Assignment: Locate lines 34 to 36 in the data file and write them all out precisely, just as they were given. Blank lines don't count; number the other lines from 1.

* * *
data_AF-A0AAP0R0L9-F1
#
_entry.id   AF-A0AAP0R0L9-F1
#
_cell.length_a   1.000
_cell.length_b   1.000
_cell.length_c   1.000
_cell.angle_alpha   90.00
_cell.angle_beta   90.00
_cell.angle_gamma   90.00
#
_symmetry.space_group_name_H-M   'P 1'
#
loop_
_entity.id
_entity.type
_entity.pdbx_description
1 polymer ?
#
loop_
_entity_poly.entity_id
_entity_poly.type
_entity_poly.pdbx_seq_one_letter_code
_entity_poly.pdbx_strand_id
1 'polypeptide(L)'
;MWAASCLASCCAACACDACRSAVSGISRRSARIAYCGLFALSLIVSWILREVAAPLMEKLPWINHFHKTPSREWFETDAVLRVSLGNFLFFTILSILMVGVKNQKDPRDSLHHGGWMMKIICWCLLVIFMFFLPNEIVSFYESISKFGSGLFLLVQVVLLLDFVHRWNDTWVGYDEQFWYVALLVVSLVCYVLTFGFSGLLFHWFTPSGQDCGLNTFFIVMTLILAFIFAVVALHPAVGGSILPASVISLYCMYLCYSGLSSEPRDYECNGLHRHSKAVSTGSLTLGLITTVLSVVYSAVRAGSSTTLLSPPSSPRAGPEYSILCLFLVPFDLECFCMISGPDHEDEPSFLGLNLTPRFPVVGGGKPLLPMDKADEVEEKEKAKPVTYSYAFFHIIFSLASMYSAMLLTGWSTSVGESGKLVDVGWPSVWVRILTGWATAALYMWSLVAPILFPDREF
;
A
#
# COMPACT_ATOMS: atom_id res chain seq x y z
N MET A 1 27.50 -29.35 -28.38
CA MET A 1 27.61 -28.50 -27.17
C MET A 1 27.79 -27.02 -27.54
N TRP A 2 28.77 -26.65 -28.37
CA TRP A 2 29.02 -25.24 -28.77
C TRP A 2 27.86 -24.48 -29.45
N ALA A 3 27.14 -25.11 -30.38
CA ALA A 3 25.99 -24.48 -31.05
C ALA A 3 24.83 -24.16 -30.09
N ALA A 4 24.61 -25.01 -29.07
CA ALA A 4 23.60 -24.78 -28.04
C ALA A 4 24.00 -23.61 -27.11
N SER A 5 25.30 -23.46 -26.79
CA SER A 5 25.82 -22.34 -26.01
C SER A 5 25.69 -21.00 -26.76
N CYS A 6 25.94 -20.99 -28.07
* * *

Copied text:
N TRP A 2 28.77 -26.65 -28.37
CA TRP A 2 29.02 -25.24 -28.77
C TRP A 2 27.86 -24.48 -29.45